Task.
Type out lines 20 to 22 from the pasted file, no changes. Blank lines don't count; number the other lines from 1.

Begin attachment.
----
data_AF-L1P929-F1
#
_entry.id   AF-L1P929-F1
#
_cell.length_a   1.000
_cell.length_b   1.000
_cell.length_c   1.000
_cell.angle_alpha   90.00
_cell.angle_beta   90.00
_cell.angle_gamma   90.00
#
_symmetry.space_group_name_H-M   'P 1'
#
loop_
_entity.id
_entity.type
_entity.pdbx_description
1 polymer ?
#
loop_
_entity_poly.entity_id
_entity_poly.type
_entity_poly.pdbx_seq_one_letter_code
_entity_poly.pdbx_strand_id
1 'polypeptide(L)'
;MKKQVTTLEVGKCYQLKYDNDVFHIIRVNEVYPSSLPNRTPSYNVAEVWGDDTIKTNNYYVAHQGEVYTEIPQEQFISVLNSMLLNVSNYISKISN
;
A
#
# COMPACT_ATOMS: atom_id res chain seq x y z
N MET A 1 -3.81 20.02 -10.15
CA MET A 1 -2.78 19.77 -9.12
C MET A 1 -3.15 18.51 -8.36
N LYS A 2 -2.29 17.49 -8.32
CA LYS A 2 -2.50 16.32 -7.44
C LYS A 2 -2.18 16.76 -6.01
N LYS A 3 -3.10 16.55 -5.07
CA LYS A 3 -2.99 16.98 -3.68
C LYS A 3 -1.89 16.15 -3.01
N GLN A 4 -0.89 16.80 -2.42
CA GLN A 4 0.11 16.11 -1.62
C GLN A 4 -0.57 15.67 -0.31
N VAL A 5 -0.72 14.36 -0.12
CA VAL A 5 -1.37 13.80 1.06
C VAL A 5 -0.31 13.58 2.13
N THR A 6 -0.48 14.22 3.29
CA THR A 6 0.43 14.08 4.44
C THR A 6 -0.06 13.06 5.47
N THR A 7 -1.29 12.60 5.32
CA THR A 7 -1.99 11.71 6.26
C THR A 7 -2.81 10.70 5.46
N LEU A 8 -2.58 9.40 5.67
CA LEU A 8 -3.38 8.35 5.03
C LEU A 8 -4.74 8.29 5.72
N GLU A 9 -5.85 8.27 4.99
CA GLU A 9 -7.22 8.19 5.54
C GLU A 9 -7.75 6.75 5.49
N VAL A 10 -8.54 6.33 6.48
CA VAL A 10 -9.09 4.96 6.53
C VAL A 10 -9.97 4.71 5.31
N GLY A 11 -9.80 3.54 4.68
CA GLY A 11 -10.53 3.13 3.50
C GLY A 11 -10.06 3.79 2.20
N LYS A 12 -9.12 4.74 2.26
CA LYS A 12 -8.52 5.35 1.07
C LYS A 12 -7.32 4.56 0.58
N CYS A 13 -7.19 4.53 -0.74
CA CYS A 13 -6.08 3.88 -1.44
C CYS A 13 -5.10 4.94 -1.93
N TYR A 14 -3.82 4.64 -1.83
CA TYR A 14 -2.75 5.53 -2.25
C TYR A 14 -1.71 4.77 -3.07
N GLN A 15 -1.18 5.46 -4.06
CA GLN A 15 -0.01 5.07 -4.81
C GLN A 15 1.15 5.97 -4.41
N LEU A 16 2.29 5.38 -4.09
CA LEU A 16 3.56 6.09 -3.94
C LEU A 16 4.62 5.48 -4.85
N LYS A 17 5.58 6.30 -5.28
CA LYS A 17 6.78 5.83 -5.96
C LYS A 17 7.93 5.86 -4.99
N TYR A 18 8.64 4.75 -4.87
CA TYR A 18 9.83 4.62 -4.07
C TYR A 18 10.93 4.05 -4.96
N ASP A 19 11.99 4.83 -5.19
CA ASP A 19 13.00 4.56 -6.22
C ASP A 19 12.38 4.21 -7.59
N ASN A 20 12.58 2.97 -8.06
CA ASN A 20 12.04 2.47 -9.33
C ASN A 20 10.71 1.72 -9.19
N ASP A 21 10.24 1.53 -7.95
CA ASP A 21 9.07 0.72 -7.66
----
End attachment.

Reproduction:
loop_
_entity_poly.entity_id
_entity_poly.type